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Thread: Unsharp masks

  1. #11
    David A. Goldfarb's Avatar
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    An unsharp mask is designed to improve edge definition. The mask is made by using thin mylar or acetate sheets between the original and the masking film, and then the original and the mask are printed in register. The effect can be controlled by adjusting the distance between the original and the masking film, the exposure, and the contrast of the mask.
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  2. #12
    olleorama's Avatar
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    Ctein recommends tmax100. I think I would prefer working with efke ortho lith film, because I then would be ale to work under safelights. What developer would you recommend for lith film to get it as soft as it needs to be?

  3. #13
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    I use Dektol.
    “I drank what?” - Socrates

  4. #14
    2F/2F's Avatar
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    I always used FP4. It has a very neutral base.
    2F/2F

    "Truth and love are my law and worship. Form and conscience are my manifestation and guide. Nature and peace are my shelter and companions. Order is my attitude. Beauty and perfection are my attack."

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  5. #15

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    Barry Thornton recommends ortho lith also, thats what i would try first, personally.

  6. #16

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    2F/2F
    I always used FP4. It has a very neutral base.
    You use this for your color masks? What registration system are you using for 35mm? Radeka/Homemade/other?

  7. #17
    olleorama's Avatar
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    Quote Originally Posted by ghostcount View Post
    I use Dektol.
    With ortho film? I'll try that when the efke ortho lith film arrives.

  8. #18

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    There are different types of masks you can make depending on what you are trying to accomplish. For some types a litho ortho film is helpful because you want a very steep, short scale film. For pure edge effect enhancement a fine grained general purpose film like TMAX 100 works well. You can use other general purpose films too. It just depends on the format (in my opinion). Once you're at 4x5 or larger you can use virtually any general purpose medium speed film to make an unsharp mask. However I also sometimes make special masks for 35mm, and in this case I prefer to use the finest grained film possible depending on the contrast I want. Same goes for developer. For large format Dektol is fine. For small format I am currently using dilute Perceptol (same as Microdol).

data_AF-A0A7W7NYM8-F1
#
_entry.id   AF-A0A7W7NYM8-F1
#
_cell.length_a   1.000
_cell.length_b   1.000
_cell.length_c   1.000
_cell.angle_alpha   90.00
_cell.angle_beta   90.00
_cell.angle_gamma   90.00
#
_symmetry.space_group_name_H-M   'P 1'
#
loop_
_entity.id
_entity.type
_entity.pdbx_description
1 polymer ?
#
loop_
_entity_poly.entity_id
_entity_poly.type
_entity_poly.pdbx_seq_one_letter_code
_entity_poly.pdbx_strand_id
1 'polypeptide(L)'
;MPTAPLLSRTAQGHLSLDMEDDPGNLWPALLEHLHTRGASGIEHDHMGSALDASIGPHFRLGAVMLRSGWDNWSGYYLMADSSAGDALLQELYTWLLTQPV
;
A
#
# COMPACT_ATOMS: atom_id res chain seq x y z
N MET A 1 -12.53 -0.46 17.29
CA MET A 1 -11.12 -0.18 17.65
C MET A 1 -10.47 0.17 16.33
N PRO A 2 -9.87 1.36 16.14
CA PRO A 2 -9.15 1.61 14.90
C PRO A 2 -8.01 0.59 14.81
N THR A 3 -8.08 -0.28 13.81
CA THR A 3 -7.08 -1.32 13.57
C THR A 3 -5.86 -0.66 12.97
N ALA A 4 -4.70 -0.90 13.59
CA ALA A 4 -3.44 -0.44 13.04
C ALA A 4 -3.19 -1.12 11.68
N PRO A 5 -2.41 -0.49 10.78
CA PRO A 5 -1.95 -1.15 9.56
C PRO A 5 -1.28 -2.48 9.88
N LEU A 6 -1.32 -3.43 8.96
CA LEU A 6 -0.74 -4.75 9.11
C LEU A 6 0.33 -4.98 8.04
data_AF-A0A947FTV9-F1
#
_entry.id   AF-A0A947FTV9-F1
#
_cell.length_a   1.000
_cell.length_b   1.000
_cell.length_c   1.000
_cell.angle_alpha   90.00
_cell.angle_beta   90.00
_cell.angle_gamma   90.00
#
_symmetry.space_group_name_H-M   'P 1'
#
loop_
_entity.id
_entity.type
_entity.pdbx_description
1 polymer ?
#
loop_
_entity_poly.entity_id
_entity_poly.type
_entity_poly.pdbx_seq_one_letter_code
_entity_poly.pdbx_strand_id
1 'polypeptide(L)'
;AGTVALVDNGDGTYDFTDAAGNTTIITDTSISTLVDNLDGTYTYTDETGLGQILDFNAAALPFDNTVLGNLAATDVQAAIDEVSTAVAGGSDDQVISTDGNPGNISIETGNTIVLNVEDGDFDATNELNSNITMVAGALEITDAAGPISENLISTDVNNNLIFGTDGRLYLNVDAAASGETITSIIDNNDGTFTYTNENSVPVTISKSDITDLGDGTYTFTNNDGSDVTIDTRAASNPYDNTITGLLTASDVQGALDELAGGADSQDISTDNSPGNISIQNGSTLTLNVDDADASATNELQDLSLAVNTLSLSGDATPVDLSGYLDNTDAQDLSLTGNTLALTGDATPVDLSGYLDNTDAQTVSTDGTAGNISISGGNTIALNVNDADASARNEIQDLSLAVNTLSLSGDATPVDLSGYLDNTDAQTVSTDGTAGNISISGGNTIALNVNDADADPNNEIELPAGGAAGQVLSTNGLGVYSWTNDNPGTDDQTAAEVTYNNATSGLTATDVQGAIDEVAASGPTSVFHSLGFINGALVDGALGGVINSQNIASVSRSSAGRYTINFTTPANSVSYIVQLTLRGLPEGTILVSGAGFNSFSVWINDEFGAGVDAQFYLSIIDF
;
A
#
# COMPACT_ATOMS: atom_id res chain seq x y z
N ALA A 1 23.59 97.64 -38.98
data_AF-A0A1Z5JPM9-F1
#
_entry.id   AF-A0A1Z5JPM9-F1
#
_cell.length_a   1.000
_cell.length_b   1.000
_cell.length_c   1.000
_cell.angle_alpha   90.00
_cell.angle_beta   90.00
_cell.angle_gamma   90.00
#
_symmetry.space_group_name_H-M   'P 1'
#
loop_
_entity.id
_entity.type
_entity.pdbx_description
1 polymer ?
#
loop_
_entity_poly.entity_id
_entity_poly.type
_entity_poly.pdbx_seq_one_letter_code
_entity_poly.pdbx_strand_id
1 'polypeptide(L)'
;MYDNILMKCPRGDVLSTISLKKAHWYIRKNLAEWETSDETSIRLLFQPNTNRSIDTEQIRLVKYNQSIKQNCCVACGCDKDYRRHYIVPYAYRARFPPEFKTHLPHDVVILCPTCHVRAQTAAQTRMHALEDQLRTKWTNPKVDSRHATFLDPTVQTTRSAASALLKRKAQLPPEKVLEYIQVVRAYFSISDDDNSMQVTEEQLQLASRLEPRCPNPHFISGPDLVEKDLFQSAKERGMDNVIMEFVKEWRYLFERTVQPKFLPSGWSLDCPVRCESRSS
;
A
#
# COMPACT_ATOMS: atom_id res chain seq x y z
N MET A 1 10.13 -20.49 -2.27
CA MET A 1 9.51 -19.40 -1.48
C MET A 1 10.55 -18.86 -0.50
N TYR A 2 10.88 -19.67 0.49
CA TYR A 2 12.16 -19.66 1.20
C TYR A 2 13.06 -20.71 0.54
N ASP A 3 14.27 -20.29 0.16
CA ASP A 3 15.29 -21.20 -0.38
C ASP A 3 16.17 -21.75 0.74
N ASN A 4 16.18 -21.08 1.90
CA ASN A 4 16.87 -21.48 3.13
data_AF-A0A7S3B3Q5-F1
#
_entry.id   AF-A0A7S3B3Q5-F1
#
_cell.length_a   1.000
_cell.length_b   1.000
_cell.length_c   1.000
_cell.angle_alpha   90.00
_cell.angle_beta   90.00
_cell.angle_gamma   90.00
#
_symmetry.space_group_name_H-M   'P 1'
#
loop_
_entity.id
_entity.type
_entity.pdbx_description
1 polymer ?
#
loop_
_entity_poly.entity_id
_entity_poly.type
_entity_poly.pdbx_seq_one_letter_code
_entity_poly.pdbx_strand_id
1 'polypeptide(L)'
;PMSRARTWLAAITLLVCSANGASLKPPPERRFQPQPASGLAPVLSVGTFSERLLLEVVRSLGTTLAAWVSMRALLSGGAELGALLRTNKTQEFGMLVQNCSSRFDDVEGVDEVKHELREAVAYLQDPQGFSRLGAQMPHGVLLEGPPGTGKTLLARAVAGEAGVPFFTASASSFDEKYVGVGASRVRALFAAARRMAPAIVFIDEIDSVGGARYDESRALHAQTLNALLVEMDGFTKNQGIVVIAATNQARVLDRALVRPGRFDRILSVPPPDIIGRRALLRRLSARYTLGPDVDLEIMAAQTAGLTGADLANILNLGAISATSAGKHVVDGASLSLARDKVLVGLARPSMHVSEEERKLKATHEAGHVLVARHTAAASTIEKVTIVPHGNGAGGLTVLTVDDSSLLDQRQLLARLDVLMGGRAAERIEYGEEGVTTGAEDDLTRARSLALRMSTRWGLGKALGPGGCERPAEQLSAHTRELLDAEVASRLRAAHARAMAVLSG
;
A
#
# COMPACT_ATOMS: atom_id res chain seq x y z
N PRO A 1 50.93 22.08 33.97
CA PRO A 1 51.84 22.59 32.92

9. #19
    L Gebhardt's Avatar
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    For color contrast control masks I use FP4+ in TMax RS developer. Gives a nice neutral colored mask. I use a pin register system from Alistair Inglis. I use the same film and developer for the few unsharp masks I have made for black and white negatives too, just because I had the approximate process worked out.

    I also use 4x5 film for both 4x5 and 120 masks. I have never made a mask for 35mm, so I don't know how well it works. If I were to do so I would cut the film down to save money.

  10. #20
    olleorama's Avatar
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    Thanks everybody for chipping in. I'm always amazed by the knowledge and experience here.

    But I cannot for my life understand how you can handle the sheet film and making masks in complete darkness, without pin registration systems. I will try with the ortho film and some 6x7 color negs and see how it works.

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